[MATHEMATICAL EXPRESSION NOT REPRODUCIBLE IN ASCII] (2.12)

We will use the relations (2.9)-(2.12) as the basis of the numerical procedure described in the next section.

3. The Numerical Procedure

In this section we describe a numerical algorithm for solving Inverse Problem 1; moreover we provide results of numerical experiments.

Let the spectral function [sigma]([lambda]) of the boundary value problem L be given. For simplicity, we consider the case when the spectrum of L is bounded from below. Then, without loss of generality, we assume that [sigma]([lambda]) = 0 for [lambda] < 0. Choose a "model" boundary value problem [??] = L([??](x),[??]). Let [??] be the spectral function of [??]. For example, if one takes [??](x) = 0, [??] = 0, then (2.4) is valid.

Choose d > 0, and put [R.sub.k] = [d.sub.k], k [greater than or equal to] 0, and

[[alpha].sub.k] = [??] ([R.sup.2.sub.k]) - [??] ([R.sup.2.sub.k-1]), k [greater than or equal to] 1, (3.1)

where [??] = [sigma] - [??] as before. Denote

[[lambda].sub.k] := [([R.sub.k] - d/2).sup.2], k [greater than or equal to] 1, (3.2)

and consider the step-function

Z([lambda]) = [summation over ([[lambda].sub.k][less than or equal to][lambda] [[alpha].sub.k], [lambda] [greater than or equal to] 0.

We introduce the sequence of the functions [[sigma].sub.k]([lambda]), k [greater than or equal to] 0, by the formulae

[MATHEMATICAL EXPRESSION NOT REPRODUCIBLE IN ASCII]

Then

[MATHEMATICAL EXPRESSION NOT REPRODUCIBLE IN ASCII]

For each fixed k [greater than or equal to] 0, the function [[sigma].sub.k]([lambda]) is the spectral function for a certain boundary value problem [L.sub.k] = L(qk(x), [h.sub.k]). In the following algorithm we will construct [L.sub.k] (i.e., [q.sub.k](x), [h.sub.k]) successively for k = 1, 2, 3, ..., using [L.sub.k-1] as a "model" boundary value problem. This allows us to use formulae (2.11)-(2.12) in each step of our calculations. For sufficiently large k (k := M), the pair ([q.sub.M](x), [h.sub.M]) is approximately equal to the desired pair (q(x), h). Let us describe the algorithm in more detail.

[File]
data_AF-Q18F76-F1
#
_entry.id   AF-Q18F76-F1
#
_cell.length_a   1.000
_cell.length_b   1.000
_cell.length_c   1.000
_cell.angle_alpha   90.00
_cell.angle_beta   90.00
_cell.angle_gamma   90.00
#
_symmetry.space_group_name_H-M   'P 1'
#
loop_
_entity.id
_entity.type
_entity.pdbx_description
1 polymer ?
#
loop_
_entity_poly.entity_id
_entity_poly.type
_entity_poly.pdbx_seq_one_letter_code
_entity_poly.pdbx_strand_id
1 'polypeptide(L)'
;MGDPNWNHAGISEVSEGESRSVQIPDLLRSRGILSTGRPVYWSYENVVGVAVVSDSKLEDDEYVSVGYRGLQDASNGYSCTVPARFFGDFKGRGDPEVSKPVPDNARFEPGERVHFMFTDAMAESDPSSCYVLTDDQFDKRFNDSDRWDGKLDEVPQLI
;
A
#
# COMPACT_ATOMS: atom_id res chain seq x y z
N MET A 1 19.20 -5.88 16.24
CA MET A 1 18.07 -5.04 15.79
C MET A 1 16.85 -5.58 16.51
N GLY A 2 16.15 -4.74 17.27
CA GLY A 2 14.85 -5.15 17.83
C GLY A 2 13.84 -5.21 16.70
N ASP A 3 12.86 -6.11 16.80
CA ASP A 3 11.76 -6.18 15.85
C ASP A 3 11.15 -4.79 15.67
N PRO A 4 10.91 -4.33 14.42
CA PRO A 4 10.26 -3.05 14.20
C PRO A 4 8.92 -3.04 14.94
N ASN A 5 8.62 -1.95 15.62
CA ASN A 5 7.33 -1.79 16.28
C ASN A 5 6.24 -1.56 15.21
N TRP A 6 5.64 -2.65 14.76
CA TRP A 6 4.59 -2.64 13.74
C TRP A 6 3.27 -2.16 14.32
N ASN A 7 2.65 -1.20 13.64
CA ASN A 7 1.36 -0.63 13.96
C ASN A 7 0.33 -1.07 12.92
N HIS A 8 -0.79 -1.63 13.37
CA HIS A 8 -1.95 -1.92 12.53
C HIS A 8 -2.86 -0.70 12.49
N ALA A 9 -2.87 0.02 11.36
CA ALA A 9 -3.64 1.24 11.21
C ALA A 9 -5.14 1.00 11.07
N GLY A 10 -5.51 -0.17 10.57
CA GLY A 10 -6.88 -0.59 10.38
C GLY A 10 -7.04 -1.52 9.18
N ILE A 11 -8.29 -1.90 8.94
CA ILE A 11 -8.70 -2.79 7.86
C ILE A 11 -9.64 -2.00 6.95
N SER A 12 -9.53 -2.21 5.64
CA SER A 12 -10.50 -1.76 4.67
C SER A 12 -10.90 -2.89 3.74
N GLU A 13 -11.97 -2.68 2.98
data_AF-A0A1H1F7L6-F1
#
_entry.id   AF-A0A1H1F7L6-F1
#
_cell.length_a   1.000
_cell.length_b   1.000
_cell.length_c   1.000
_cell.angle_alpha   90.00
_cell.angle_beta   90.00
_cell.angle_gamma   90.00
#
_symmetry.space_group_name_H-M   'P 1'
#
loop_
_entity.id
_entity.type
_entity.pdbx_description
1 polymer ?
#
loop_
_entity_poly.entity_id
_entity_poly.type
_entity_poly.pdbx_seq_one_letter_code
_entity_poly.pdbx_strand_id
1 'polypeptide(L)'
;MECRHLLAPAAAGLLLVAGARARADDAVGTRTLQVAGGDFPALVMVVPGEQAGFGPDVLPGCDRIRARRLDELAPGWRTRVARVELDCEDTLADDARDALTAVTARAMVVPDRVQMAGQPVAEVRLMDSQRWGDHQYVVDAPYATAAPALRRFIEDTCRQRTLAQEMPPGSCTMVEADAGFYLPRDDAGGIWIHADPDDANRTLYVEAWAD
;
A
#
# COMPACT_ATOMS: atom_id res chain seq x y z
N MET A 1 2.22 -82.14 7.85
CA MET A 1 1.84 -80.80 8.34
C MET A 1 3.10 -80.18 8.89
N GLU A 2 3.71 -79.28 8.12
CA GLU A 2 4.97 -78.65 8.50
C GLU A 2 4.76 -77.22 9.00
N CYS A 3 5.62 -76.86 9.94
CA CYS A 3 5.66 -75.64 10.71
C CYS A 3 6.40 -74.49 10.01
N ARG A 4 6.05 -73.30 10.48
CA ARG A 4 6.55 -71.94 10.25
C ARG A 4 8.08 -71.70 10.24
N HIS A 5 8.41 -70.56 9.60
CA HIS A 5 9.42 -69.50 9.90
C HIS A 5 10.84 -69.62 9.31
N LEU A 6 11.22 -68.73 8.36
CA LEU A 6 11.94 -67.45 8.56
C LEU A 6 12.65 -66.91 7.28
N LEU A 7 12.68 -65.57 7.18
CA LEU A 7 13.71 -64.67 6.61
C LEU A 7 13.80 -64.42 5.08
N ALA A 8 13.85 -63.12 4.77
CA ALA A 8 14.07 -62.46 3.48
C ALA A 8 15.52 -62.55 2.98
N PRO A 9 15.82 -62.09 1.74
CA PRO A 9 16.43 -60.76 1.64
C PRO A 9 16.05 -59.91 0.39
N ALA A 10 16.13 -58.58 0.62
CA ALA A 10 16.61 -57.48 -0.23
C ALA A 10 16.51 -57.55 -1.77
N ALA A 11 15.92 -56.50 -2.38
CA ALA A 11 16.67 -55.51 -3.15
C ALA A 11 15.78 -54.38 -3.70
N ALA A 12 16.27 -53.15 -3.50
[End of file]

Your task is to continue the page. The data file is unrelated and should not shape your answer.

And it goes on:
Algorithm 1. Let the spectral function [sigma]([lambda]) of the boundary value problem L = L(q(x), h) be given.

1) Choose a "model" boundary value problem [??] = L([??](x), [??]) with the spectral function [??]([lambda]).

2) Take d > 0, [R.sub.k] = dk, k [greater than or equal to] 0, and calculate [[alpha].sub.k], [[lambda].sub.k], k [greater than or equal to] 1, by (3.1)-(3.2).

3) Put [[sigma].sub.0]([lambda]) := [??]([lambda]), [q.sub.0](x) := [??](x), [h.sub.0] := [??], i.e., [L.sub.0] := [??].

4) Perform the following operations successively for k = 1, 2, 3, ...:

(i) Construct [psi]k-1(x) as the solution of the Cauchy problem

-[[psi]''.sub.k-1](x) + [q.sub.k-1](x)[[psi].sub.k-1](x) = [[lambda].sub.k][[psi].sub.k-1](x), [[psi].sub.k-1](O) = 1, [[psi]'.sub.k-1](O, [lambda]) = [h.sub.k-1], (3.3)

and put

[[psi].sub.k-1](x) := 1 + [[alpha].sub.k] [[integral].sup.x.sub.0] [[psi].sup.2.sub.k-1](t)dt.

(ii) Calculate [q.sub.k](x) and [h.sub.k] by the formulae

[MATHEMATICAL EXPRESSION NOT REPRODUCIBLE IN ASCII] (3.4)